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Secular Liberation
04-15-2016, 09:49 AM
Very interesting group of articles that shows how Christians hijacked their own history.


A conventional certainty is that the first state-driven persecution of Christians happened in the reign of Nero and that it involved the deaths of Peter and Paul, and the mass execution of Christians in the aftermath of the great fire of July 64 c.e. The argument here contests all of these facts, especially the general execution personally ordered by Nero. The only source for this event is a brief passage in the historian Tacitus. Although the passage is probably genuine Tacitus, it reflects ideas and connections prevalent at the time the historian was writing and not the realities of the 60s.


http://journals.cambridge.org/action/displayAbstract?fromPage=online&aid=9995690

http://www.politicususa.com/2012/07/08/demythologizing-christianitys-cherished-moment-nero-christians-part.html

Secular Liberation
04-15-2016, 09:53 AM
Here's another example of Early Christian mythology from Adversus Apologetica

https://adversusapologetica.wordpress.com/2015/06/19/tiberius-caesar-the-christian/

One Bad Pig
04-15-2016, 10:09 AM
Let's see: We have a scholarly article behind a paywall which admittedly is going against a near-unanimous consensus, an article on a politics blog, and another blogger who cites Richard Carrier(!) in support of his position.

Looks legit.

Secular Liberation
04-15-2016, 10:18 AM
Let's see: We have a scholarly article behind a paywall which admittedly is going against a near-unanimous consensus, an article on a politics blog, and another blogger who cites Richard Carrier(!) in support of his position.

Looks legit.

So I take it you are just going to ignore the mound of evidence presented in these articles? The first article was from the Cambridge University Journal of Roman Studies. How does that make it unreliable? The second may be on a politics blog but unless you didn't read it has thirty-for scholarly citations. Your third objection also ignores the amount of evidence provided? Something tells me you're not interested in the facts and only wish to make excuses.

Faber
04-16-2016, 11:43 AM
The first article was from the Cambridge University Journal of Roman Studies. How does that make it unreliable?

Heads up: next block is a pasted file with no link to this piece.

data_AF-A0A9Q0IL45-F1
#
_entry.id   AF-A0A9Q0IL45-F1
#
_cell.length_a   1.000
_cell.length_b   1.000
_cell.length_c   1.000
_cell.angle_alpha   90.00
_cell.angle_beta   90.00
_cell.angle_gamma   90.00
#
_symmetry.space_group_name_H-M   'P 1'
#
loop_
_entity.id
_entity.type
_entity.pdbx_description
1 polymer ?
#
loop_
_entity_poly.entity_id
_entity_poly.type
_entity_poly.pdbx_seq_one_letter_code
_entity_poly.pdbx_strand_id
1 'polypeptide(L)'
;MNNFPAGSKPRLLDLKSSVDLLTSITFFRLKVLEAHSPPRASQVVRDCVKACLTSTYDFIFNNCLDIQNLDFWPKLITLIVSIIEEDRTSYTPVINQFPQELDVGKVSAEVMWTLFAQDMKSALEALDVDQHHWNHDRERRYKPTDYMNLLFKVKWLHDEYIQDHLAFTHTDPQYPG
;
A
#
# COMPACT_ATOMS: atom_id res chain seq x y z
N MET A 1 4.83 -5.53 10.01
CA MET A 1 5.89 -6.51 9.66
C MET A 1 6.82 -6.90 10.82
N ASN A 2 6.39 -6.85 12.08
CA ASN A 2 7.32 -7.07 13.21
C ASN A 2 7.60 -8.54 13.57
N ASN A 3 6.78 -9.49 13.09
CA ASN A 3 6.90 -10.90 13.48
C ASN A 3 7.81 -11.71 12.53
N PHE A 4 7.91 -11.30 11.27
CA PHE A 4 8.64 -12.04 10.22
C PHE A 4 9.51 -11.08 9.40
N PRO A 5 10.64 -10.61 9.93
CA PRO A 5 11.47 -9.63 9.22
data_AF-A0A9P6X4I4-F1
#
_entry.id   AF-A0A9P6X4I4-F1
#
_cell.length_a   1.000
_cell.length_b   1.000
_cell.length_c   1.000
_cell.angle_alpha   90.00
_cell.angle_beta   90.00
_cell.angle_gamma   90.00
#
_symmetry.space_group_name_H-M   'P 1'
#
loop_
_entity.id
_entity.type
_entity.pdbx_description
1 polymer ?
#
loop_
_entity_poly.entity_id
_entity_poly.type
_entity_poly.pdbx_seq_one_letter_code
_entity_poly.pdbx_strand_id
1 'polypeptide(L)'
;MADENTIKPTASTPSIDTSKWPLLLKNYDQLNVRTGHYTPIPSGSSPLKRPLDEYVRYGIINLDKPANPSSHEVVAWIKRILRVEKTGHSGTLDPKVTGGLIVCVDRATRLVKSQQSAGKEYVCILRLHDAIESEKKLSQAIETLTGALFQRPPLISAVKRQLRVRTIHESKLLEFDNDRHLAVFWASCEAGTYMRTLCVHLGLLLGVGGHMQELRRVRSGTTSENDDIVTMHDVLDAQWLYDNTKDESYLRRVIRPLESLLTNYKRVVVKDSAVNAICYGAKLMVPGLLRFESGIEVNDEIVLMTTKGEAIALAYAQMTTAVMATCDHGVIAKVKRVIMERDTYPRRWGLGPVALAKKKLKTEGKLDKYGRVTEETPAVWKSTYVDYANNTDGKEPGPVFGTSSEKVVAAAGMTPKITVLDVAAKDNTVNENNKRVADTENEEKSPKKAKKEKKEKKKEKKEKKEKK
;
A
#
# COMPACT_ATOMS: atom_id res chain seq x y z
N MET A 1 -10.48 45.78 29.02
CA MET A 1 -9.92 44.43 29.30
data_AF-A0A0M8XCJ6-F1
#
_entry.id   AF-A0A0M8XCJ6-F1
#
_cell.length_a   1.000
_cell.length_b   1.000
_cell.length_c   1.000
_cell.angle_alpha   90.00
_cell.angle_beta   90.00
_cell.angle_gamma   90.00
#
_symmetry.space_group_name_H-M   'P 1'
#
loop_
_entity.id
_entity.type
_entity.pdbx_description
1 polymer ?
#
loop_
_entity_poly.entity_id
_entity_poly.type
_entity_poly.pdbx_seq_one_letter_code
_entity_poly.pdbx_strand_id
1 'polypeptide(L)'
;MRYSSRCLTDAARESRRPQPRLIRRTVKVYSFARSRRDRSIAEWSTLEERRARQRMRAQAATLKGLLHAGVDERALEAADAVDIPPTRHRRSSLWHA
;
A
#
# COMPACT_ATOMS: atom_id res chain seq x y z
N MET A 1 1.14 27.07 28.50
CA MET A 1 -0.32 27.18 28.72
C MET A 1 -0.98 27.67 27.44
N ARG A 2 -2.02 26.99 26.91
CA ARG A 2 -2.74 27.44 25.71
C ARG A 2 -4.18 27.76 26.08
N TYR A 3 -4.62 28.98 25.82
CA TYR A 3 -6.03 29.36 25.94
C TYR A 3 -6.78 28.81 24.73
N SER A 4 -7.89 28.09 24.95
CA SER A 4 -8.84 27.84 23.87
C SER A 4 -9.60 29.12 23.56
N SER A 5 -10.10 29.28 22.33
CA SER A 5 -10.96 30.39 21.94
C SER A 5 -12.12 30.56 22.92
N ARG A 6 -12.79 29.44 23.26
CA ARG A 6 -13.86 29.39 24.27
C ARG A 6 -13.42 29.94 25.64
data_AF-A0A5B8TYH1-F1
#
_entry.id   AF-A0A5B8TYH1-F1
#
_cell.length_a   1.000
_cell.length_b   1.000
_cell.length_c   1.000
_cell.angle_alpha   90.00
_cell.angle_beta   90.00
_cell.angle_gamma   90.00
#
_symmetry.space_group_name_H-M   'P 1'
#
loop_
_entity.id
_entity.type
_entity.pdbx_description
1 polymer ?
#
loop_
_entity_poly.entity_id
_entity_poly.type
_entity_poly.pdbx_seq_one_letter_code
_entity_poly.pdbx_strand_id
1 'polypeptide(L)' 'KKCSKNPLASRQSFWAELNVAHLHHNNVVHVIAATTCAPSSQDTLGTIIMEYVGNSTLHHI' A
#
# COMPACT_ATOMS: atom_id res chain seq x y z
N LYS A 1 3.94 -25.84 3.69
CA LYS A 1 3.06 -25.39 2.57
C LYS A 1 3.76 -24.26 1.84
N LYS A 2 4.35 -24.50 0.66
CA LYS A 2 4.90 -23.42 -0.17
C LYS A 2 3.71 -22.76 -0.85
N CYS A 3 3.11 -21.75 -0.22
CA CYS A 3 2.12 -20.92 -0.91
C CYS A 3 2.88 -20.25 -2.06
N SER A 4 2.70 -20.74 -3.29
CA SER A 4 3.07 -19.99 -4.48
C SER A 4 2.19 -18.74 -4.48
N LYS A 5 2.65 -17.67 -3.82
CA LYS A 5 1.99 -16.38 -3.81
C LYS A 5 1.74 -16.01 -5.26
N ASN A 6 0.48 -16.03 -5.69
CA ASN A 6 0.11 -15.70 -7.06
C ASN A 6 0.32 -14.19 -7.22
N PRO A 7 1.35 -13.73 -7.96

The fact that Candida Moss wrote it.

Granted, the persecutions that took place during the empire before Constantine were not continuous. Granted, the persecutions under Nero, Domitian and Trajan were short-lived and regional. Granted, Diocletian was only a weak-willed emperor who caved into the demands of Gaius Galerius Valerius Maximianus. I will even admit to a total lack of confidence in John Foxe's Actes and Monuments Fourth Edition ("Book of Martyrs").

But Moss tries to make a distinction between persecution and prosecution. Yeah, try telling that to Sweek Cakes by Melissa or Lance Corporal Monifa Sterling. The fact is, refusing to acknowledge emperor worship was a crime.

In AD 250, the emperor Decius declared that all Roman citizens must not only sacrifice to Roman gods and to him via the imperial cult, but also observe pagan rituals. Some Christians forsook their faith and made pledges to the local commissioners of sacrifices that it had always been their habit to make sacrifices and taste of the libations, and to pay reverence to the gods in accordance with their commands, that they had offered sacrifices and eaten of the offerings to the gods, and were granted libelli, or certificates of sacrifice.

6 surviving copies of papyrus libelli bear similar text as if standardized, suggesting they were taken from the text of the now lost edict. These were found in various locations in Egypt and are date from June to July, AD 250, suggesting a second, more intense stage in the persecution of Christians in the empire. Each person was expected to carry a libellus with his name on it, confirming that he had sacrificed and tasted of the libation, as a proof of good citizenship in order to participate in commerce.

An edict was passed by Diocletian in AD 303 demanding torture for those who refused to sacrifice to the gods. In the spring of AD 304 a harsher edict was passed, requiring forced labor in mines, or even death.